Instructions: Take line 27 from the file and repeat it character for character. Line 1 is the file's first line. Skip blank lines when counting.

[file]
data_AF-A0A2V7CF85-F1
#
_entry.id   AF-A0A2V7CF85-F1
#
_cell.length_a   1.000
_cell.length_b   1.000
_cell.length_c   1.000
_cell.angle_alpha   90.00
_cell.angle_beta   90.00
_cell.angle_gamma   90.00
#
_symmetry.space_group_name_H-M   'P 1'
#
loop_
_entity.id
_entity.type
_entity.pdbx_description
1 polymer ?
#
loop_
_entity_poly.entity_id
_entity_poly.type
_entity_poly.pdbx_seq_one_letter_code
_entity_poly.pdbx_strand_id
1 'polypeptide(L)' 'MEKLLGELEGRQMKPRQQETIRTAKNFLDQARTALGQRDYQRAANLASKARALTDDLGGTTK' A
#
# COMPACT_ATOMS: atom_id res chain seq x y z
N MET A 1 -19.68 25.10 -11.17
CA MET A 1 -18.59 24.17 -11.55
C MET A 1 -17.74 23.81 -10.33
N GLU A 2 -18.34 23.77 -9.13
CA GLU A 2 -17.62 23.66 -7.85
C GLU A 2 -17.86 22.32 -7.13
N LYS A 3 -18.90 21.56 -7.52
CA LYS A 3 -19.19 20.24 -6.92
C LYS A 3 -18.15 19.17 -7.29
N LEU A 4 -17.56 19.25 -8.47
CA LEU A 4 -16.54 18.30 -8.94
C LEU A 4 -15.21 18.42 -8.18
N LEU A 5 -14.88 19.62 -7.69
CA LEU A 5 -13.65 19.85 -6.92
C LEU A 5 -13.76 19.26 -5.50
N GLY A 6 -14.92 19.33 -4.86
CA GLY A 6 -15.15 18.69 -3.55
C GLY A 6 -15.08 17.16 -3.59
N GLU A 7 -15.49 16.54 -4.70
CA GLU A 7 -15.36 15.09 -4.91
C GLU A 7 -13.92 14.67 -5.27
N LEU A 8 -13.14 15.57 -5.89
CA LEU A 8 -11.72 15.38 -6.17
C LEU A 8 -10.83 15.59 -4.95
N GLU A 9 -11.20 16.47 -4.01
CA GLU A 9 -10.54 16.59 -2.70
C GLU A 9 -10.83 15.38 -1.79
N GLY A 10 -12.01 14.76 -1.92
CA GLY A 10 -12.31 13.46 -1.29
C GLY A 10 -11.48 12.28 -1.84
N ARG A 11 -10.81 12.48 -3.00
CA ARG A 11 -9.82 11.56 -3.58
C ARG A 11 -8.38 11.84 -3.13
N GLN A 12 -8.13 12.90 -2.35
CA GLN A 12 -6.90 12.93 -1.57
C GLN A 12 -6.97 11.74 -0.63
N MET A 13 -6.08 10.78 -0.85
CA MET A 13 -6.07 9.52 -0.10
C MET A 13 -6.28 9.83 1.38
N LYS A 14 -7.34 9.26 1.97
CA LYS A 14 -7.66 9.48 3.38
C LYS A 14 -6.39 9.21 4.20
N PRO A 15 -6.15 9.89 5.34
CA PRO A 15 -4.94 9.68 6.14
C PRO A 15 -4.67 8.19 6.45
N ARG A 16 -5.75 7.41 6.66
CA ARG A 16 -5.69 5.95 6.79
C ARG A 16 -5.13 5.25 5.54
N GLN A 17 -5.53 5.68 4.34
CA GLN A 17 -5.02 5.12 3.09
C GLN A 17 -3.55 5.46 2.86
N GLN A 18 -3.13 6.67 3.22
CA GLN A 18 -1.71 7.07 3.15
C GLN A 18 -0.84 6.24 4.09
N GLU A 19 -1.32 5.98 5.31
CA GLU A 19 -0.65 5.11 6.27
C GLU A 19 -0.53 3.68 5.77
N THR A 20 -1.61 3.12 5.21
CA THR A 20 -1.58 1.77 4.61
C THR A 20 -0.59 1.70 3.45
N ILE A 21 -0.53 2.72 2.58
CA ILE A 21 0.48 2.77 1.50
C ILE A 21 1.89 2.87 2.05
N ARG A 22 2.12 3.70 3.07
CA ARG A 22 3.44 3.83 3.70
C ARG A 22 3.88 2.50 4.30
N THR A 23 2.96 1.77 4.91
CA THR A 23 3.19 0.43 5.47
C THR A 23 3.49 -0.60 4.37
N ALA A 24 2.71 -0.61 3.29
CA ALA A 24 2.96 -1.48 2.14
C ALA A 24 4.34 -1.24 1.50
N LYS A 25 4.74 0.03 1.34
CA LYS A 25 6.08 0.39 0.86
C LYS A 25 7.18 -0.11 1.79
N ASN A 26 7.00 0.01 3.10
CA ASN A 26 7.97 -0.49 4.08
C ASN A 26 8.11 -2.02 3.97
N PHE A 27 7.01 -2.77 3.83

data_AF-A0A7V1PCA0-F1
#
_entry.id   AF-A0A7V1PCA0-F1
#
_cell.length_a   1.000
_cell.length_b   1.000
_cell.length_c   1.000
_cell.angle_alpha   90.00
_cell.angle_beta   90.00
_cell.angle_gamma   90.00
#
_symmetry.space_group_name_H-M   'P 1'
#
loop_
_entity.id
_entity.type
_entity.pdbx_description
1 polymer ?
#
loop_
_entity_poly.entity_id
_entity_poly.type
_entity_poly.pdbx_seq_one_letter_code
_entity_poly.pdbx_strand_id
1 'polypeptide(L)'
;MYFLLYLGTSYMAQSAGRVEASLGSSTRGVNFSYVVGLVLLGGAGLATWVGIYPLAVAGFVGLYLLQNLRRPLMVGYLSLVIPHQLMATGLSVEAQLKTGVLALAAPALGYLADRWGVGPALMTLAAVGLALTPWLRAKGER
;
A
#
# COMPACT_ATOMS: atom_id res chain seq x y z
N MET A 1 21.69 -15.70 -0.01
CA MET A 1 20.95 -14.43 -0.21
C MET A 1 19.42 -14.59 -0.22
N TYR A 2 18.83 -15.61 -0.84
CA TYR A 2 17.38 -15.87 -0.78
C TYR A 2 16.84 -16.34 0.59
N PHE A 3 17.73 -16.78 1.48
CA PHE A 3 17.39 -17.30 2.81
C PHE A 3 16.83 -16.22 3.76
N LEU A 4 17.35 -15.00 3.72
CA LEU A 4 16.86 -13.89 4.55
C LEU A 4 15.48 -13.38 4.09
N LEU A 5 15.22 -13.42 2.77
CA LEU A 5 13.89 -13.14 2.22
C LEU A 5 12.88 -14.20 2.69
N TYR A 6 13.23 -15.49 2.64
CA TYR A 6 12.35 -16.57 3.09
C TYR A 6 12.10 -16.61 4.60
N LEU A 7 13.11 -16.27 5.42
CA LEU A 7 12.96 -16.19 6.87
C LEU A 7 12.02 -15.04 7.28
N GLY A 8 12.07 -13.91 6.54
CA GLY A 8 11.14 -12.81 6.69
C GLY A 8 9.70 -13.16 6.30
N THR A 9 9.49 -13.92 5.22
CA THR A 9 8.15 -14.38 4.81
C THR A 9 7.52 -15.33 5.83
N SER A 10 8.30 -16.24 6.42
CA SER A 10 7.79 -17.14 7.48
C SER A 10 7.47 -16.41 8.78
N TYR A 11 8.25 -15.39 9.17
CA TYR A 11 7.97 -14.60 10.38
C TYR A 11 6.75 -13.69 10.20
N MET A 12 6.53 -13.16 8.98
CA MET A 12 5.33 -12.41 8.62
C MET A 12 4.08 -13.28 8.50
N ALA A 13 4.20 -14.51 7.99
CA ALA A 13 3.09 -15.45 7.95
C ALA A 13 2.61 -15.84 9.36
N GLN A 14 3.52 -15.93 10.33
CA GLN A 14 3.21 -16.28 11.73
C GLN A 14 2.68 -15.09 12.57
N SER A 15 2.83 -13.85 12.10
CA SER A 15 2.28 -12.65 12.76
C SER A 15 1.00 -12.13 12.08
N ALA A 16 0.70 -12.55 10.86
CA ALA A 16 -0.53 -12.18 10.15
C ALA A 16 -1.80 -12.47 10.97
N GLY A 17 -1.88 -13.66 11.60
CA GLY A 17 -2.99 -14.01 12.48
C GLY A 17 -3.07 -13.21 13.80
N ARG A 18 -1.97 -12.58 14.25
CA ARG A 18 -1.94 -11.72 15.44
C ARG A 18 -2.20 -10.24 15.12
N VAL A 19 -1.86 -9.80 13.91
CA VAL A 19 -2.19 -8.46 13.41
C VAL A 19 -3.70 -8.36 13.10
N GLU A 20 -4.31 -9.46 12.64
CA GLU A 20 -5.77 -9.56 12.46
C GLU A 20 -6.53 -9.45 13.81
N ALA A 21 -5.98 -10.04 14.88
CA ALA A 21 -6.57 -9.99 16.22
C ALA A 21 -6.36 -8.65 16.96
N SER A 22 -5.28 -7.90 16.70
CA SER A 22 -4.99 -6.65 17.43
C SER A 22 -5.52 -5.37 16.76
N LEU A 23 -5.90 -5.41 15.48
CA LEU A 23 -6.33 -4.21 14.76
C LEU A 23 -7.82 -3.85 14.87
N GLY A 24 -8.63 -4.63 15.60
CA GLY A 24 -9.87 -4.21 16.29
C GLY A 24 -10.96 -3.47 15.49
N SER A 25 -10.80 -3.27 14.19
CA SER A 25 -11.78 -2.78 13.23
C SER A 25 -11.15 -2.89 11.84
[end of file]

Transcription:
# COMPACT_ATOMS: atom_id res chain seq x y z